Even at these increased prices air travel is still a bargain and consumers must be reconditioned to realize this. Airlines can do their part by improving their customer service and flight performance. I notice recently that some airlines are upgrading their in flight services including bringing free pillows and blankets back.

$900 round trip to Europe may not be such a bad deal if the airline provides you with a pleasant flight experience.


Spain 219 Visiting Spain in the summer, The Alps in the winter or Holland in the spring can be priceless if you are not jaded by poor airline service or ticket prices that are too high.





Wednesday, September 1, 2010

Simulators Not To Blame For Airline Safety


simulatorCaters_450x375 According to a USA TODAY analysis of federal accident analysis, flaws in flight simulator training help trigger some of the worst airline accidents in the past decade.

I beg to differ.




Except for severe mechanical failures most aircraft accidents are caused by lack of good pilot judgment. Simulators can only teach skill sets not good judgment. Good judgment comes from applying one's experience for which there is no substitute. Anyone can master flying a simulator but be a dummy when it comes to real life experiences.


FSX-box-artwork-Deluxe Just purchase a Microsoft Flight Simulator for $39.99 at Target and in six easy lessons you can become a pilot. Unfortunately, this is the approach the FAA, ALPA (Professional Pilot Union) and some airlines have taken in the past.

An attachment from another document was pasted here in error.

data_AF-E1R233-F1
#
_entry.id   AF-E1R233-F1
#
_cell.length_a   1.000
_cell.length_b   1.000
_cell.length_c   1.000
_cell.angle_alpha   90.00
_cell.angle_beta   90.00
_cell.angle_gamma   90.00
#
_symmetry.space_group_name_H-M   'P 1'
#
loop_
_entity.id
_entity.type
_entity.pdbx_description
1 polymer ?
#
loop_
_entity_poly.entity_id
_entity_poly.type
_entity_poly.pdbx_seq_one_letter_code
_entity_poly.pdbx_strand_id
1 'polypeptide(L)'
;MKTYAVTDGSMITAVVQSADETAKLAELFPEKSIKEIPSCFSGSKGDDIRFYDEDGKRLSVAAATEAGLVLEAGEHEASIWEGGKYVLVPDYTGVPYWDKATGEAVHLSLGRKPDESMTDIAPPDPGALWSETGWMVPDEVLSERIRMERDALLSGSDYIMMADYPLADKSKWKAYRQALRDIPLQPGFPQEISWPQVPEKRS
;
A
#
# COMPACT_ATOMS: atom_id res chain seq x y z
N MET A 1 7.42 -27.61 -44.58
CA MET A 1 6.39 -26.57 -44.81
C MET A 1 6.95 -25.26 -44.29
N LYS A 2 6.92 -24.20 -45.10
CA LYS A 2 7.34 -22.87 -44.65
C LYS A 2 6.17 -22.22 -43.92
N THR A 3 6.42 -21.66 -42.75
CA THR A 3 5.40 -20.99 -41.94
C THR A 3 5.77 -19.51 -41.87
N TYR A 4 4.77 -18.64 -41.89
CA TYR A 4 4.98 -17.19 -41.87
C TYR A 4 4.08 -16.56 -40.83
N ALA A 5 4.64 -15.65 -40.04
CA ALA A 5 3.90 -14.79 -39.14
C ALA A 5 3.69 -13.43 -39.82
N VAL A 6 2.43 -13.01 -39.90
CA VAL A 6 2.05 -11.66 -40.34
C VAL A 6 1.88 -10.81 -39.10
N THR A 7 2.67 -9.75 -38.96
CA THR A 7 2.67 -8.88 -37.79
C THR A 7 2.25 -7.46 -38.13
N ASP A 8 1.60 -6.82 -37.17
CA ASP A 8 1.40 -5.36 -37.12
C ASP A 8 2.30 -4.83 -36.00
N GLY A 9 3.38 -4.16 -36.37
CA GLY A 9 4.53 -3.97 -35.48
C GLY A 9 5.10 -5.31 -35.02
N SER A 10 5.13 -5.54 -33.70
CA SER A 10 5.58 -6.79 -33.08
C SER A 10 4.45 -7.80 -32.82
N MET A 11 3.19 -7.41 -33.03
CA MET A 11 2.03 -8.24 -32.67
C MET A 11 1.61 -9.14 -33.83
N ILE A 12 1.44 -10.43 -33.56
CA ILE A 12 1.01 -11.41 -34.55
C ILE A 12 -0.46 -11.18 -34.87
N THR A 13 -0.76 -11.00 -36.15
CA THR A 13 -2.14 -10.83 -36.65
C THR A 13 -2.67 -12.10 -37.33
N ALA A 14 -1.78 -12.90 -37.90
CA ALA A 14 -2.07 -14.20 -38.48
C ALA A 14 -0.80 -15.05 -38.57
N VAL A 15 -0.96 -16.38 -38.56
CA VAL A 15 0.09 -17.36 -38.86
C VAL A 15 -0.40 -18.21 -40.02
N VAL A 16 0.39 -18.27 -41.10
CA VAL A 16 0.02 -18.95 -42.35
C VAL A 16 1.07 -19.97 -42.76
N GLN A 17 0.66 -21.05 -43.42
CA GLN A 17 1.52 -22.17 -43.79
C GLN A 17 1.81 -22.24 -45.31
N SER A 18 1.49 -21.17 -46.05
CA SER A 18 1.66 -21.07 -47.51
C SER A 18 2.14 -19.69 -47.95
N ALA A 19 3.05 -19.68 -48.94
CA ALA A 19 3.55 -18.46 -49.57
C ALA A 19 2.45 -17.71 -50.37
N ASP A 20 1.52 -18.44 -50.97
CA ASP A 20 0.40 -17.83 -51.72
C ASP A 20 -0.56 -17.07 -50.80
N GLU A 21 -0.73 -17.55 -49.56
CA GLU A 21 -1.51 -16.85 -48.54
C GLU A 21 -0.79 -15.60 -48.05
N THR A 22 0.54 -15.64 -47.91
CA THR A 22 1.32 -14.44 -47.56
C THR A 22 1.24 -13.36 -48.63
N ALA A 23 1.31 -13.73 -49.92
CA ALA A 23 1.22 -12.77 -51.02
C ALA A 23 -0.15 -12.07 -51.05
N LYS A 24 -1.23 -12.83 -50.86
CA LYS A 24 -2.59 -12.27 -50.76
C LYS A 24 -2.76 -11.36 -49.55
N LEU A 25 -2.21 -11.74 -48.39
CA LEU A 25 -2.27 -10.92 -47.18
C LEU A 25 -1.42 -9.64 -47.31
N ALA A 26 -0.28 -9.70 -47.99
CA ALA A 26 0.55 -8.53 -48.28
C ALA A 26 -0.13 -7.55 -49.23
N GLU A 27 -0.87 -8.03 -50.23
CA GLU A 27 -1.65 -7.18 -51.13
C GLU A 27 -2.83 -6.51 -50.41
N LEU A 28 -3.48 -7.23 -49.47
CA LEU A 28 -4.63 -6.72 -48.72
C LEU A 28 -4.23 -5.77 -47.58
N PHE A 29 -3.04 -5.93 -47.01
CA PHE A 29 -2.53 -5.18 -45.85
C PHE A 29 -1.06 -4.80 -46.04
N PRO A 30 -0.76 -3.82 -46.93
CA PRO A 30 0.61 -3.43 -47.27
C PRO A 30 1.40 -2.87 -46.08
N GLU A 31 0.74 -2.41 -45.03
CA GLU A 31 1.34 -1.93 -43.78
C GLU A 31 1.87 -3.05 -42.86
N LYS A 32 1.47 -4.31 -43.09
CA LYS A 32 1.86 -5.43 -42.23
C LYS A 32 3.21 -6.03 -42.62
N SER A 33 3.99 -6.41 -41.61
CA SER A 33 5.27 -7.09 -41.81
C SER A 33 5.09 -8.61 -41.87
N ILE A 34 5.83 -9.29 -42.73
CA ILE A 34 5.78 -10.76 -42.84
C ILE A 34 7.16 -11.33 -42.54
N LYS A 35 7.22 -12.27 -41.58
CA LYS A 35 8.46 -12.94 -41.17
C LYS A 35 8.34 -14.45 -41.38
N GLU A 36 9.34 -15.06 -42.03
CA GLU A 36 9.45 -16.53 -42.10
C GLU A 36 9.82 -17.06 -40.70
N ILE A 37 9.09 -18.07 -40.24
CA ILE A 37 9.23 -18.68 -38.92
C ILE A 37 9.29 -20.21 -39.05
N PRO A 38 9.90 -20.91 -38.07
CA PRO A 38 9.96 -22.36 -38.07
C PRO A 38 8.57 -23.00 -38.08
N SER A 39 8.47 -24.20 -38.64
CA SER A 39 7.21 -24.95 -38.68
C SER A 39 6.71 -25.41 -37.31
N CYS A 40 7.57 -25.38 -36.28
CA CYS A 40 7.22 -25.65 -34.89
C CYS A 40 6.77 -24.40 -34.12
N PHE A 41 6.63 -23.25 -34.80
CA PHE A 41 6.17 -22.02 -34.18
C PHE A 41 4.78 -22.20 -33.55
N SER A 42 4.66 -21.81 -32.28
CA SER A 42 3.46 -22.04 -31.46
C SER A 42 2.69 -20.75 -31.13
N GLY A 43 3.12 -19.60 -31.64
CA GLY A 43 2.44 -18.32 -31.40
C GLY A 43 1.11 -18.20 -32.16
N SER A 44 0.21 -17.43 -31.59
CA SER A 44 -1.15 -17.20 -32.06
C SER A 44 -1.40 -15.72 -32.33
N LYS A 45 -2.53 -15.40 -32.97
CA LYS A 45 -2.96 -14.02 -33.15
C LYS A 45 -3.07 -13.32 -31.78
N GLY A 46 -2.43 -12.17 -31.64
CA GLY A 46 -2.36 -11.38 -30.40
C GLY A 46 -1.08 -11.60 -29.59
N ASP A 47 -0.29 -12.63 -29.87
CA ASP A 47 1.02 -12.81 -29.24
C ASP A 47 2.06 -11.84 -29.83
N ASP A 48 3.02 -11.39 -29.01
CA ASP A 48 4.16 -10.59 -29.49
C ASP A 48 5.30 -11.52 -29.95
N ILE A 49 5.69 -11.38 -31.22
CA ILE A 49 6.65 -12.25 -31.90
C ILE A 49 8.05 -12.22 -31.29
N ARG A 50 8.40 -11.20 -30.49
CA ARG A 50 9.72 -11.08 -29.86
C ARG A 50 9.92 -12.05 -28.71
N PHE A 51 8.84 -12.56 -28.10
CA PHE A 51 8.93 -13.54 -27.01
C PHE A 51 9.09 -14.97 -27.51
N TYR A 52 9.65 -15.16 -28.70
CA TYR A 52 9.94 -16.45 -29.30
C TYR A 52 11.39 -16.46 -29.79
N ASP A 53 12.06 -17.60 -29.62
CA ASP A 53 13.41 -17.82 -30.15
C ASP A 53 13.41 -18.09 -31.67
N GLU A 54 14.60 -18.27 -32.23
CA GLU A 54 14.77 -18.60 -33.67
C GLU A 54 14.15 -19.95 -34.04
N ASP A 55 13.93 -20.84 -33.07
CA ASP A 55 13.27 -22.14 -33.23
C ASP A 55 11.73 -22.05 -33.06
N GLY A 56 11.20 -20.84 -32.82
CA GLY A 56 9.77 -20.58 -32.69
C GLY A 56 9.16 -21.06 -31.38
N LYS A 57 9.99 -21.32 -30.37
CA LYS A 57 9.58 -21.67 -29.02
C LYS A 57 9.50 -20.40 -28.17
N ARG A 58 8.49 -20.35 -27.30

Airlines under the oversight of the FAA have allowed pilots with only 250 hours of flying experience to operate jet aircraft.




Prior to this reduction in pilot hiring experience most airlines would not offer employment to pilots with at least 1500 hours of experience. A huge difference in experience level when it comes to operating an aircraft.


Picture 1489 As usual the FAA and NTSB places the blame where it hardly belongs. In the Colgan Air crash that killed 50 people near Buffalo on February 12, 2009 in an ice storm, one of the pilots had never flown in ice.

Lack of pilot experience.



The other pilot had failed several performance test during his career but remained employed as an airline captain. Poor employer judgment.

A December 20, 2008 Continental Airlines crash in Denver that injured six and destroyed an airplane, the NTSB in part blamed deficient simulator training. However, again no amount of simulator training can replace experience and good judgment.


Snoop Each pilot should be aware of his personal and aircraft limitations.

Good judgment and experience allow you to respect those limits. If a pilot cannot control an aircraft that has not had a severe mechanical failure then hat pilot has exceeded both limitations.